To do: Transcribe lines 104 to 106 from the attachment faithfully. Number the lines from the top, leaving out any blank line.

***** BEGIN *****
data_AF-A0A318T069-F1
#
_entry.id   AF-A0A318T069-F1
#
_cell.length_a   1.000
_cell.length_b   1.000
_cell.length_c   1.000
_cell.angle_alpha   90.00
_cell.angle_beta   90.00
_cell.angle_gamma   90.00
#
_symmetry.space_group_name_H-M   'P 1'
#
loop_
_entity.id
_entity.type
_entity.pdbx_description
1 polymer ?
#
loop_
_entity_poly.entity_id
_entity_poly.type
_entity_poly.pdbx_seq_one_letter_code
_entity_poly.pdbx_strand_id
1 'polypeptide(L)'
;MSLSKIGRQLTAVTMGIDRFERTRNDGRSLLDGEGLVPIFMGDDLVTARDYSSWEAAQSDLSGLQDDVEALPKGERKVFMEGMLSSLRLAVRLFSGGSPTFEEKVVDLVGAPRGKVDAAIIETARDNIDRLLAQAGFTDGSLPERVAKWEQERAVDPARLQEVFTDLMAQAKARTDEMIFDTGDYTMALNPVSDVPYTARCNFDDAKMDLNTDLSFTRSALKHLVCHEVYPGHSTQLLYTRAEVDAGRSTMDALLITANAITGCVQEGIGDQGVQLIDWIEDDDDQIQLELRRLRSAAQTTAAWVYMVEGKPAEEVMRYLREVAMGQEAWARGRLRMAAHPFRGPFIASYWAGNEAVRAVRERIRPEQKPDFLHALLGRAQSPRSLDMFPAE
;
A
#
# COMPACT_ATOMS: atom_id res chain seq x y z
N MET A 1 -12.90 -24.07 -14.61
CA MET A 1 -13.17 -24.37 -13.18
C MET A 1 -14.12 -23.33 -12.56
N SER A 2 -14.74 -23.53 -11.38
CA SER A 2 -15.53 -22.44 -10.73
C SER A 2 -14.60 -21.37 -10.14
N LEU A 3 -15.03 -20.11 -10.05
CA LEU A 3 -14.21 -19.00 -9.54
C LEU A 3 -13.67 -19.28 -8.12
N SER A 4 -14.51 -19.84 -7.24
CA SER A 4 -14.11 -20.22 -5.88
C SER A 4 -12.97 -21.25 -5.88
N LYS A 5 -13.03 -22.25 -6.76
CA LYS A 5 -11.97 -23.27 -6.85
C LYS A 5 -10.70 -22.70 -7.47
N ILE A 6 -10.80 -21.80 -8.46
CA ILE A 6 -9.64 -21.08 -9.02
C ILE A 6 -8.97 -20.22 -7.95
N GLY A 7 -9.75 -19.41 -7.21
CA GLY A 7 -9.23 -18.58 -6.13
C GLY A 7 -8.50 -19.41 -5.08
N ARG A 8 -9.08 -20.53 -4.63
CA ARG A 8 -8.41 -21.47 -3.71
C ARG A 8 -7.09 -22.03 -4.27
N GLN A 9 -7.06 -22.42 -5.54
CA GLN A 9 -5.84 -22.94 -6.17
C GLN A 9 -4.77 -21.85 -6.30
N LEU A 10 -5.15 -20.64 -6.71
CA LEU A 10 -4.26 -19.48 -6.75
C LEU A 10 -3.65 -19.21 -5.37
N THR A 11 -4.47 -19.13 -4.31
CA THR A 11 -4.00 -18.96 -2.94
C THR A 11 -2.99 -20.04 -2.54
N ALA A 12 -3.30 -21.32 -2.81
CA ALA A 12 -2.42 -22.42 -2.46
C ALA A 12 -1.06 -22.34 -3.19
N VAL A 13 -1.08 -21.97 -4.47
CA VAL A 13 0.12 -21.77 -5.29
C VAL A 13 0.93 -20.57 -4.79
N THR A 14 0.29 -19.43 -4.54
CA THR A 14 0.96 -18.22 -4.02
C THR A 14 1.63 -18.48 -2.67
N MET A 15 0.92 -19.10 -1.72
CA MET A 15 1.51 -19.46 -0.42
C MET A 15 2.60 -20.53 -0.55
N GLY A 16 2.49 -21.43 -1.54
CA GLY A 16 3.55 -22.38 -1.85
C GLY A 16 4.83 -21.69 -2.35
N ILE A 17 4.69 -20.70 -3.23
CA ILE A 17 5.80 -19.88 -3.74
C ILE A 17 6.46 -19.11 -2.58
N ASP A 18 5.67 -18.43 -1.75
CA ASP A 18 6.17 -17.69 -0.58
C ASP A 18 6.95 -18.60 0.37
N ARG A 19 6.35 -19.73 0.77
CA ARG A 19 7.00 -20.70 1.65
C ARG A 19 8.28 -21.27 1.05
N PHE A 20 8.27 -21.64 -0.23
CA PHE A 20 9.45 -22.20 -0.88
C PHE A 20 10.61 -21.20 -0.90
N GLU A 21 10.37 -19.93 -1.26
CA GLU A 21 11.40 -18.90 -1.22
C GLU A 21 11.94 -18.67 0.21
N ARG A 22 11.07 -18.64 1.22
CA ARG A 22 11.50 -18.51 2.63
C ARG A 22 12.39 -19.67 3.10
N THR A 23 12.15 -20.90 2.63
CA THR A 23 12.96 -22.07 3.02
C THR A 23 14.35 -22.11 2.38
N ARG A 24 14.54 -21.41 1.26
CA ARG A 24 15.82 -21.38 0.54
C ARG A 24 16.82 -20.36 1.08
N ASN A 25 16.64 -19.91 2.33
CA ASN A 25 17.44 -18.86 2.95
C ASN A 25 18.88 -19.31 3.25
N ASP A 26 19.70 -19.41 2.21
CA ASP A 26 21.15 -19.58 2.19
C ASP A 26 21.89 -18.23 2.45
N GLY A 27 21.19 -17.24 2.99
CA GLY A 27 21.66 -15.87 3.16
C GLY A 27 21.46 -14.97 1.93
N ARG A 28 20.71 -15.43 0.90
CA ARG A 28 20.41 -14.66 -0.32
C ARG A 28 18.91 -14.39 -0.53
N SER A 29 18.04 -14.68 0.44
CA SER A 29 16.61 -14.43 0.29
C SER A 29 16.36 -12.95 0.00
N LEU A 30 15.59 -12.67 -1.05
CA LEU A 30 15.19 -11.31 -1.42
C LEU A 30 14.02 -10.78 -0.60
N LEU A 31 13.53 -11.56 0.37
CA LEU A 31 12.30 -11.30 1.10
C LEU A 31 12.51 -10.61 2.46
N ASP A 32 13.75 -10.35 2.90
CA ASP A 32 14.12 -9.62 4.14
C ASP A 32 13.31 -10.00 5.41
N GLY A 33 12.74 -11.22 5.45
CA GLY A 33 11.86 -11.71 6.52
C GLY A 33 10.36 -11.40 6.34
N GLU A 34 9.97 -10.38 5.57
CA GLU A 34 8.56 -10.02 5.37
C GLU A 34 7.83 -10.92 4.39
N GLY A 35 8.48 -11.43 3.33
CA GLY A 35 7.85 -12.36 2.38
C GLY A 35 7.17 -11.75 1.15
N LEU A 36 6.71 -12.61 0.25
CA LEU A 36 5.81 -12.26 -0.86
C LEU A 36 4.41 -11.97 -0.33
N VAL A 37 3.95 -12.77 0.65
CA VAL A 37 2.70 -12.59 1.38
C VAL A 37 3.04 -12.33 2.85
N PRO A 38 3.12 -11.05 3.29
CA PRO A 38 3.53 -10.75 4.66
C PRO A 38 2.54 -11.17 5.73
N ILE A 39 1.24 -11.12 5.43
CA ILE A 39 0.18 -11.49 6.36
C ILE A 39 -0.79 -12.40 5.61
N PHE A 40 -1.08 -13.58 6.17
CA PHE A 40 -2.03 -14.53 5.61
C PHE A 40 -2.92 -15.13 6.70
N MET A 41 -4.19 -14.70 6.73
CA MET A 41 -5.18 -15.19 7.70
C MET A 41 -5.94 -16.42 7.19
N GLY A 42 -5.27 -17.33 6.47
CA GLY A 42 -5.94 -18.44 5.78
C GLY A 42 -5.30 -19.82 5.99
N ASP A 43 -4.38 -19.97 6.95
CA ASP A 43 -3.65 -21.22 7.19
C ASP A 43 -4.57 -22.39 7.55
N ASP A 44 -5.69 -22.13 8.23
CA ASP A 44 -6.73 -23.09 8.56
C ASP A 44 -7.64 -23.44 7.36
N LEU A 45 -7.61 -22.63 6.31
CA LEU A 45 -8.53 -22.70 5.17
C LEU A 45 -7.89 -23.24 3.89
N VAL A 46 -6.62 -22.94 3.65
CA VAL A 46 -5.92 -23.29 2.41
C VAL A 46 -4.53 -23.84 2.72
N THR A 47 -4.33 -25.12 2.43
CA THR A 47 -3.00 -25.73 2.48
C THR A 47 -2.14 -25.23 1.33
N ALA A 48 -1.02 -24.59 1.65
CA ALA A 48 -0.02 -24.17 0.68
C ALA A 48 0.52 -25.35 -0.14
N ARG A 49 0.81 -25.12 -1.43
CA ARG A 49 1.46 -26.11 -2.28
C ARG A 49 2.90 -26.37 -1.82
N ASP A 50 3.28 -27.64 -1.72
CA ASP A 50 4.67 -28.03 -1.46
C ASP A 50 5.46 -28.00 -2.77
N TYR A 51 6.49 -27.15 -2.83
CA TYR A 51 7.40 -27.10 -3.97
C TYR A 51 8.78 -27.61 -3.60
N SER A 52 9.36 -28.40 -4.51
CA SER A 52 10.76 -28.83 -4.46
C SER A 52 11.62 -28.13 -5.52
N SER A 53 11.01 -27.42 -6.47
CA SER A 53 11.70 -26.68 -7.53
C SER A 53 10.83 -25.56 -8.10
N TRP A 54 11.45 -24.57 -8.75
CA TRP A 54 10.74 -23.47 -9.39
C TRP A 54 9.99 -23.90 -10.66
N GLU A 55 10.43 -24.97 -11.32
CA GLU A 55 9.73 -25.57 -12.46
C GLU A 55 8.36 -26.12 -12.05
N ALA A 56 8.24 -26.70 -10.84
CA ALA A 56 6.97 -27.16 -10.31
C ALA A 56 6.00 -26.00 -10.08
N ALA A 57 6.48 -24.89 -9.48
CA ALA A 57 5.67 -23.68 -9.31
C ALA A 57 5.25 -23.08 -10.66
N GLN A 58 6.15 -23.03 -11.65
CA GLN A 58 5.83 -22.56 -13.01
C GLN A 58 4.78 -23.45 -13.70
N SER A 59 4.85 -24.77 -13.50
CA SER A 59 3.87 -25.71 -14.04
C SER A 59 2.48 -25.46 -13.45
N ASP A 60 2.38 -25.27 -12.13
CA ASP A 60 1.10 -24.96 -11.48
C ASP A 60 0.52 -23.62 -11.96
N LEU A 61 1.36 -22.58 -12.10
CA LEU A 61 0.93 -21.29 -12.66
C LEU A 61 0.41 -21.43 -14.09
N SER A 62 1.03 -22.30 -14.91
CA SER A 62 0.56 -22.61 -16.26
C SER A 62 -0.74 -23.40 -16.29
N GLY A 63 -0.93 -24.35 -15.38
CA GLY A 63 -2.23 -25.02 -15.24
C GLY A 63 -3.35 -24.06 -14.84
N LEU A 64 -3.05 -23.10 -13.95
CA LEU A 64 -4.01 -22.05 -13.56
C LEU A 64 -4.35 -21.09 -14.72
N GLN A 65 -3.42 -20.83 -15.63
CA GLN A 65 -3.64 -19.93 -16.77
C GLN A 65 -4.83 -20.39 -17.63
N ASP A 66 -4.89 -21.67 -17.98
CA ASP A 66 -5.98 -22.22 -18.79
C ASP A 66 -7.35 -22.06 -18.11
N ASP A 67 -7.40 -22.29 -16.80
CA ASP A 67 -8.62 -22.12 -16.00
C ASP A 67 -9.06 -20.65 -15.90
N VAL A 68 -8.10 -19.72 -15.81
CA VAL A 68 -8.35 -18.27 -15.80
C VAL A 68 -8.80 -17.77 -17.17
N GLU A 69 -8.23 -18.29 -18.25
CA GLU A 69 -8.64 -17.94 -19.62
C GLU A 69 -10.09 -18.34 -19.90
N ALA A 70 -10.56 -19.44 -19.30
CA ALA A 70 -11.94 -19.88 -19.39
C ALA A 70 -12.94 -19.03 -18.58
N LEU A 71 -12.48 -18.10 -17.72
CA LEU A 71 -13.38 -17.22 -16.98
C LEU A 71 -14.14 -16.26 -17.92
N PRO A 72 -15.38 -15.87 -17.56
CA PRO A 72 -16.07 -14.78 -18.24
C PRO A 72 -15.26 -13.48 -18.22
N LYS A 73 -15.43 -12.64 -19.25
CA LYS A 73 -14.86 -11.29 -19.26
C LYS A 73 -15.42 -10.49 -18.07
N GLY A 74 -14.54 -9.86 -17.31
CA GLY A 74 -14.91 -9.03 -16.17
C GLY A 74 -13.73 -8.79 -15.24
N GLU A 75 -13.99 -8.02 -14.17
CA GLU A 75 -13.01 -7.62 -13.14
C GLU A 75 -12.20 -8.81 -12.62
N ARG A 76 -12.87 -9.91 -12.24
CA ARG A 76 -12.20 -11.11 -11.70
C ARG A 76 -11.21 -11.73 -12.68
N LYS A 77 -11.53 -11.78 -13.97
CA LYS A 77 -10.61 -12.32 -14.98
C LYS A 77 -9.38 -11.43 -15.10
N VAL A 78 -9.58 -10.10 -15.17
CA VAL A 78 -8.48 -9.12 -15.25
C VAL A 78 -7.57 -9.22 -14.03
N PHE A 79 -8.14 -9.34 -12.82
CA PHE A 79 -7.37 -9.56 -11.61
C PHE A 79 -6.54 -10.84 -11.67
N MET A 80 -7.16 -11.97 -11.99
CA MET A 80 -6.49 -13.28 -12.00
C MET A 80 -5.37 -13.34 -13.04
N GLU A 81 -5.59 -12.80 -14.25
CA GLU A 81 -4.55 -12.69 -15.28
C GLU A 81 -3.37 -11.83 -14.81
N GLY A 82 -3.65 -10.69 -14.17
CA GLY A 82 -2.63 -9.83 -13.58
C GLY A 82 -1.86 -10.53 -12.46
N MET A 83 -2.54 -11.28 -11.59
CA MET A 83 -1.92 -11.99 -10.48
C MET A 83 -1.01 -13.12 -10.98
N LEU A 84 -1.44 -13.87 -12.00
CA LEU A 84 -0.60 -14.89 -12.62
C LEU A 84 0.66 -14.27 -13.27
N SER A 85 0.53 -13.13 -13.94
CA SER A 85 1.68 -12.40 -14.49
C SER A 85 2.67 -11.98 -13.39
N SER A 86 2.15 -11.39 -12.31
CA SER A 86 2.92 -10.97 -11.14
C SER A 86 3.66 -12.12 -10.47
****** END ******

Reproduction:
CA ASN A 25 17.44 -18.86 2.95
C ASN A 25 18.88 -19.31 3.25
N ASP A 26 19.70 -19.41 2.21